Poffy The Cucumber

Out with the smug. In with the smugger.

The codes of a destructive satellite named GOLDENEYE have been stolen by Russian traitors working with a British traitor, Agent 006, who plans to use Goldeneye’s electromagnetic pulses to cause a global financial meltdown. James Bond must defeat the stronger agent, thwart the runaway satellite, and bang the Russian hotness.

new bond: brosnan, pierce brosnan

The first Bond that came to my young attention was Moore, Roger Moore. And I lavished the appropriate young-boy idolatry on this Real Man surrounded by gangsters, gadgets and girls. Upon learning of Connery, Sean Connery, it seemed only appropriate to then lavish the proprietary respect on He Who Came First – and let’s face it, he was quite the Man’s Man himself (meaning he was even more of a misogynist than Moore). Lazenby, George Lazenby, I never knew thee. And Dalton, Timothy Dalton, I was ambivalent at best about the choice, being young, dumb and fulla that white stuff.

I used to go around saying what a fine Bond that young REMINGTON STEELE fella would make; whatsisname? – Brosnan, Pierce Brosnan. Well, little did I know that wheels of fate were in motion: Brosnan was married to Cassandra Harris in 1981 when she did FOR YOUR EYES ONLY, and was introduced to producer Albert Broccoli… and thus he was, in fact, chosen to replace Roger Moore in 1987’s THE LIVING DAYLIGHTS – and lost the gig to Timothy Dalton due to NBC grasping like the tentacles on the S.P.E.C.T.R.E. octopus and extending Brosnan’s contract on REMINGTON STEELE due to the heat he would generate from being Bond. So Broccoli said Fuck NBC and hired Dalton instead…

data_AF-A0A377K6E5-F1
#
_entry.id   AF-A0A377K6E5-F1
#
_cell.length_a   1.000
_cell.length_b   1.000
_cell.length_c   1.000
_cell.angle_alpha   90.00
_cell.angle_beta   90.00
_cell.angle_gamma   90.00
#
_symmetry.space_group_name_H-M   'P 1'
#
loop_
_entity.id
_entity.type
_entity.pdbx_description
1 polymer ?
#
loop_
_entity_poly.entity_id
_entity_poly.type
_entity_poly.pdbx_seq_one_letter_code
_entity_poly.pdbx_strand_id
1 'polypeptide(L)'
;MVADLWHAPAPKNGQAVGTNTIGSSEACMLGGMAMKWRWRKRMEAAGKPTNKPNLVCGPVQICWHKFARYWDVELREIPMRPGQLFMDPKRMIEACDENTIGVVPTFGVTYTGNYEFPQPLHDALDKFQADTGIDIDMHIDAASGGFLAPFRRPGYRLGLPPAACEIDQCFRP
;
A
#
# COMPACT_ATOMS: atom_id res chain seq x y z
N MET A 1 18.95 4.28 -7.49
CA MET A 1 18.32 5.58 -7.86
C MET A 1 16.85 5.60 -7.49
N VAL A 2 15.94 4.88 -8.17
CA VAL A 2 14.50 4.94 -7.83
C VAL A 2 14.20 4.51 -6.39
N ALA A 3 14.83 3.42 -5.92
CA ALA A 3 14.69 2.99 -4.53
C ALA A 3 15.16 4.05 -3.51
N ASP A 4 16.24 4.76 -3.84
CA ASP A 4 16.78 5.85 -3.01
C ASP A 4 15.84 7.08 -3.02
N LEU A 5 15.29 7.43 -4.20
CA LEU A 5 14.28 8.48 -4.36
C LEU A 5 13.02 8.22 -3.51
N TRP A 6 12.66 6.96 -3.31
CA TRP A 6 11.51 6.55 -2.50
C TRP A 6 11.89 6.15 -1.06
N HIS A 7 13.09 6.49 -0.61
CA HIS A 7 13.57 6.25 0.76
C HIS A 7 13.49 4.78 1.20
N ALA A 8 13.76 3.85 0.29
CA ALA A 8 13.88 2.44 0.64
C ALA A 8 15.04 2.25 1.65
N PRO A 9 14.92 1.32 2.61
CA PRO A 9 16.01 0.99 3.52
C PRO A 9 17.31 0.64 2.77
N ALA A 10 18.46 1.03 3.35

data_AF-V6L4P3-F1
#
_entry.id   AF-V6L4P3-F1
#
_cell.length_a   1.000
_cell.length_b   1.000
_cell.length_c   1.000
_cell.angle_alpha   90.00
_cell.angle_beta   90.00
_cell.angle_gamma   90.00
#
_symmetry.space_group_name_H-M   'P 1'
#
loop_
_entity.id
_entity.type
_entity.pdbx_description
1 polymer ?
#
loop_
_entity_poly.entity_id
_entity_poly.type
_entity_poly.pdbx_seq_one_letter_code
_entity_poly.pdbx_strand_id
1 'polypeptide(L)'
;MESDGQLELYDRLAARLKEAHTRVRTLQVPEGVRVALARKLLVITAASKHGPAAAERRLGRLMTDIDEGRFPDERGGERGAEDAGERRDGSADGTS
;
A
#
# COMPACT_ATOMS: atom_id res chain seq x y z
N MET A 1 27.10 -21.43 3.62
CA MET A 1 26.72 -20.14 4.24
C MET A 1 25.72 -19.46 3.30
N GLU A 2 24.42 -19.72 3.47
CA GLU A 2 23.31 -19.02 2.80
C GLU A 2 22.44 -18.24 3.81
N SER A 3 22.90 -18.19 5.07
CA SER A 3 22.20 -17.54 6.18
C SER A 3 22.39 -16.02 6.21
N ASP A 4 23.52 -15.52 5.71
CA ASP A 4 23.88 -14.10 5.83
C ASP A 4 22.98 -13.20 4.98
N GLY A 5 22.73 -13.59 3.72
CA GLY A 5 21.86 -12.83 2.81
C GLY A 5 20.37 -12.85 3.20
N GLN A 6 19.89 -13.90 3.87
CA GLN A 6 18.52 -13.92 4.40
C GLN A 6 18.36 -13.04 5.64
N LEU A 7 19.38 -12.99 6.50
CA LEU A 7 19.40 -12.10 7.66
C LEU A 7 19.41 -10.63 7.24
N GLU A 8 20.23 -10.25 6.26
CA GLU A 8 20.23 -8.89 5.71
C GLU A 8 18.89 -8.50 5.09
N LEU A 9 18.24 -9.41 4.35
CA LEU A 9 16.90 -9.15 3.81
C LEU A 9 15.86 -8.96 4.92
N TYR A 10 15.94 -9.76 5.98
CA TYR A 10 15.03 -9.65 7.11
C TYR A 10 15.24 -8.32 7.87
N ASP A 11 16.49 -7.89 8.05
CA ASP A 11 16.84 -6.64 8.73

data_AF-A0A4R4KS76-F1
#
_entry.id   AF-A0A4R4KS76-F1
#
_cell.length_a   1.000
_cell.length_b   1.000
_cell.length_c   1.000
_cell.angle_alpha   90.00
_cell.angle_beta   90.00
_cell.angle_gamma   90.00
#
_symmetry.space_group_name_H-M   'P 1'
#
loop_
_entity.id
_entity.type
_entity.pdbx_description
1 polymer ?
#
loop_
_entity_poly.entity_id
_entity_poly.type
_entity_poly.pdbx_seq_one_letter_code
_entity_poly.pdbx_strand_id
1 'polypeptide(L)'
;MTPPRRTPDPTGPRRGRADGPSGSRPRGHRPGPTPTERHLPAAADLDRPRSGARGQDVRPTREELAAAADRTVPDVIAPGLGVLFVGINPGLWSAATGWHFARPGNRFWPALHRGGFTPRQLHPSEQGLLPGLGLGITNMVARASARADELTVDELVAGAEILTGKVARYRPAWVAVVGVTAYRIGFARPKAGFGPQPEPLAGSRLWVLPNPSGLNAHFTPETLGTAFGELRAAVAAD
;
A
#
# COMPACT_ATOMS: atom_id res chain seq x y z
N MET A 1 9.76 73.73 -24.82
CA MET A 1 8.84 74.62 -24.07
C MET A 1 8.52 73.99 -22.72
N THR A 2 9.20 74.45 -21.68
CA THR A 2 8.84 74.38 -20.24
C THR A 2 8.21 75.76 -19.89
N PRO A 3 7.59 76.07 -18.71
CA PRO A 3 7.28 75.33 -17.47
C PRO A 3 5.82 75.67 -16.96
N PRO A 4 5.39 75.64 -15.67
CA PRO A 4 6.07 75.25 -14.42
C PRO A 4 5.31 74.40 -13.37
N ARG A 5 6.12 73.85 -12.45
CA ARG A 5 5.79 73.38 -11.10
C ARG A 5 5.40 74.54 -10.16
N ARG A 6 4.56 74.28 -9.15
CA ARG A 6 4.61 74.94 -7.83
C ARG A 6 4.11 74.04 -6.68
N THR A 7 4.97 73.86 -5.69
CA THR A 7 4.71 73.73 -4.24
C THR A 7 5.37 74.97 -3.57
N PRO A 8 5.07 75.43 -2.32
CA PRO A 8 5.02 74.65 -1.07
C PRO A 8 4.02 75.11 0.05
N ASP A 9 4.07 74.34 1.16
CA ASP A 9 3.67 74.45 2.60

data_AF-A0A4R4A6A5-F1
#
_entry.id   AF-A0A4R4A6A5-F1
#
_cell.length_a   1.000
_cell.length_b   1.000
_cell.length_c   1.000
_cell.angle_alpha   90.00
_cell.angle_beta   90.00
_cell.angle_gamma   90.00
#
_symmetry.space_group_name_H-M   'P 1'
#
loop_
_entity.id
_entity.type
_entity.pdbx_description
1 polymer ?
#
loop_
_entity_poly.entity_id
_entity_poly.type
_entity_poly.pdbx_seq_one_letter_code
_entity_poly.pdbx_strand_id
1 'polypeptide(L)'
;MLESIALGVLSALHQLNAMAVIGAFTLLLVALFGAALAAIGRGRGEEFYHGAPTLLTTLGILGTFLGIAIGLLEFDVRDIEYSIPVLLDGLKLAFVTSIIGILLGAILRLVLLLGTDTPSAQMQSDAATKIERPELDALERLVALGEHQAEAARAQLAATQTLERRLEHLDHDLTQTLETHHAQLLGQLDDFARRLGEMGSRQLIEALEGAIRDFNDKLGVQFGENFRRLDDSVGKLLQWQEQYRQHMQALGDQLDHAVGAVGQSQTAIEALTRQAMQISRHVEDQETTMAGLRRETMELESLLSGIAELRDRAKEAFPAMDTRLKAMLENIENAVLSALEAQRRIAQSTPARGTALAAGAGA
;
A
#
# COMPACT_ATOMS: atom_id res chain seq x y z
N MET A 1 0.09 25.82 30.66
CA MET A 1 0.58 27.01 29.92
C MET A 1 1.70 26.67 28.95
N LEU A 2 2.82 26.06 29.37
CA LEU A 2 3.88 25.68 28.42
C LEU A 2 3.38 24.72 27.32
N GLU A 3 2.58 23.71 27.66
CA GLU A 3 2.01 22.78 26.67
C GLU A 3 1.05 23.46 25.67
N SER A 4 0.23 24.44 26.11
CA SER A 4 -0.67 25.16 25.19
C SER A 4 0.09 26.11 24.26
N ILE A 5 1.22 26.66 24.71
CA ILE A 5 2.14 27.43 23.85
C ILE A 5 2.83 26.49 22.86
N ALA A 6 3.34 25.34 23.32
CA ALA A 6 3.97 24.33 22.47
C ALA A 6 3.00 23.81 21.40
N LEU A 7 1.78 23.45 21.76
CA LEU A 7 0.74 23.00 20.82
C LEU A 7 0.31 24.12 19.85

Sadly, Cassandra would die of cancer in 1991 and would not see her husband become Bond.

But here we are at last, me being proven right on what a damn fine double-oh Brosnan cuts, in his first go-around as 007 at 42 years of age, in a film once again named so appropriately in the Bond vein, GOLDENEYE (maybe because we’ve been conditioned to accept the “gold” appellation, with GOLDFINGER (1964) and THE MAN WITH THE GOLDEN GUN (1974)).

GOLDENEYE is the first Bond film not lifted from an Ian Fleming Bond novel.  But there is a connection to Fleming: Goldeneye is the name of his estate in Oracabessa Bay in Jamaica. It was where he started the first draft to the very first Bond novel in 1952, Casino Royale.